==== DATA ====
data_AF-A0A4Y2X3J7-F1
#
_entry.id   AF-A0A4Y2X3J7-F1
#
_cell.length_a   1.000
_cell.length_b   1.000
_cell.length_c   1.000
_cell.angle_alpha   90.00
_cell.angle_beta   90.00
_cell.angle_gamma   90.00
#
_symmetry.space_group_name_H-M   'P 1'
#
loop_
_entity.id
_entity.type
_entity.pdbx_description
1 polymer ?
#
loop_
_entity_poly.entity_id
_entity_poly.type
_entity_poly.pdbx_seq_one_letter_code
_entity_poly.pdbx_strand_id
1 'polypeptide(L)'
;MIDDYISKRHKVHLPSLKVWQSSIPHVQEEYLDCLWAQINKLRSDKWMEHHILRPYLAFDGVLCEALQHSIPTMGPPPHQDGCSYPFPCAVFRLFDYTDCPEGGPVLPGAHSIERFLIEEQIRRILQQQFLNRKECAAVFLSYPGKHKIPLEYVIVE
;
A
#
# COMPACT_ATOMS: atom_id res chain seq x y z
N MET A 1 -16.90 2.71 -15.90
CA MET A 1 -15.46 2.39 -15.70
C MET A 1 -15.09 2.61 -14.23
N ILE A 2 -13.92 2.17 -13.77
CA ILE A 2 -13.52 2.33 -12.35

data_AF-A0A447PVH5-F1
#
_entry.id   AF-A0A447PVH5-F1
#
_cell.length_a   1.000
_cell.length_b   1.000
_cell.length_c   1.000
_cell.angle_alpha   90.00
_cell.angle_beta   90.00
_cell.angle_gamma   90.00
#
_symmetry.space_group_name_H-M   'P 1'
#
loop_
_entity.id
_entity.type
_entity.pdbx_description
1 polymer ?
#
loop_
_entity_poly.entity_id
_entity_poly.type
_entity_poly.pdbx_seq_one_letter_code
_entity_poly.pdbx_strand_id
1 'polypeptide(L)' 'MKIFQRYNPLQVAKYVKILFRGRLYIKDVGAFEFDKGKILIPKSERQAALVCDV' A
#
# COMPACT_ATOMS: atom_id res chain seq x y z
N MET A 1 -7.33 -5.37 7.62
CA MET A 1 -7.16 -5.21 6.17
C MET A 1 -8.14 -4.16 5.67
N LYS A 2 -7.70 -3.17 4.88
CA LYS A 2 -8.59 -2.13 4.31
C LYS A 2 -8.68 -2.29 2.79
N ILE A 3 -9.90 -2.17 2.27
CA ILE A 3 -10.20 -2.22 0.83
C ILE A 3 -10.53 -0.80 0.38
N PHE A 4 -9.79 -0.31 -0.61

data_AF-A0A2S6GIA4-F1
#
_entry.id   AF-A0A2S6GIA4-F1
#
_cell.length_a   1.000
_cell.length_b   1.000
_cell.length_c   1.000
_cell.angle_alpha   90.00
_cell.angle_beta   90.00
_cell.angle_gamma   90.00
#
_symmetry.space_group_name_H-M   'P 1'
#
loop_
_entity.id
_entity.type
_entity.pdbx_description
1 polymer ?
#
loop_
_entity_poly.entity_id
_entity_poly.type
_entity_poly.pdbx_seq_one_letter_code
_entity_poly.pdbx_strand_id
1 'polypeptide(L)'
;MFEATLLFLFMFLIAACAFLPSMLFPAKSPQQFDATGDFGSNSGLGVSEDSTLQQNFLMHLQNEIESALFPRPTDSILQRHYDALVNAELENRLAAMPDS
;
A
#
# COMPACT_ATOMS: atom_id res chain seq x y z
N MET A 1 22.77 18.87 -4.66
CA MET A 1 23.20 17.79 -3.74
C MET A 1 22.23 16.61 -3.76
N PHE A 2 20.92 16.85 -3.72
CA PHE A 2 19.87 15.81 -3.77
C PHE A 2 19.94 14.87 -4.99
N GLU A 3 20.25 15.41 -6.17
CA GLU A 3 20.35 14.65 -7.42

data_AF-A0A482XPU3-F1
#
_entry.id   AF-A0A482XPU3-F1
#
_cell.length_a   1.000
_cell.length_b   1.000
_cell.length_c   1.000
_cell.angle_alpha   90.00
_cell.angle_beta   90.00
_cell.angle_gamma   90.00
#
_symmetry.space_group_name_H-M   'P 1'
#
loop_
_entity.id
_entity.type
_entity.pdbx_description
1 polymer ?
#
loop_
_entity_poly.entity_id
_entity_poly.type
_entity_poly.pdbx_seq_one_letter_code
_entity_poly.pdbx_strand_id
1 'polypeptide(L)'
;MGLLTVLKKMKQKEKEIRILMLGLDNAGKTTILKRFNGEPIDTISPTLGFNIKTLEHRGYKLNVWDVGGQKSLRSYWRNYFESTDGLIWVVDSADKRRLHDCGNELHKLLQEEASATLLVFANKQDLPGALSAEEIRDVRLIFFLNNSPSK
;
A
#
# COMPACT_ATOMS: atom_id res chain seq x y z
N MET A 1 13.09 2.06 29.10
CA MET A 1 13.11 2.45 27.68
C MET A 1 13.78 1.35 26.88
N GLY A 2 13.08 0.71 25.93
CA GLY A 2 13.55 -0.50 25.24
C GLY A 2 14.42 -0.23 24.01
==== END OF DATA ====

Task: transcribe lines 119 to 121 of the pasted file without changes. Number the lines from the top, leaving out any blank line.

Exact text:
_cell.angle_beta   90.00
_cell.angle_gamma   90.00
#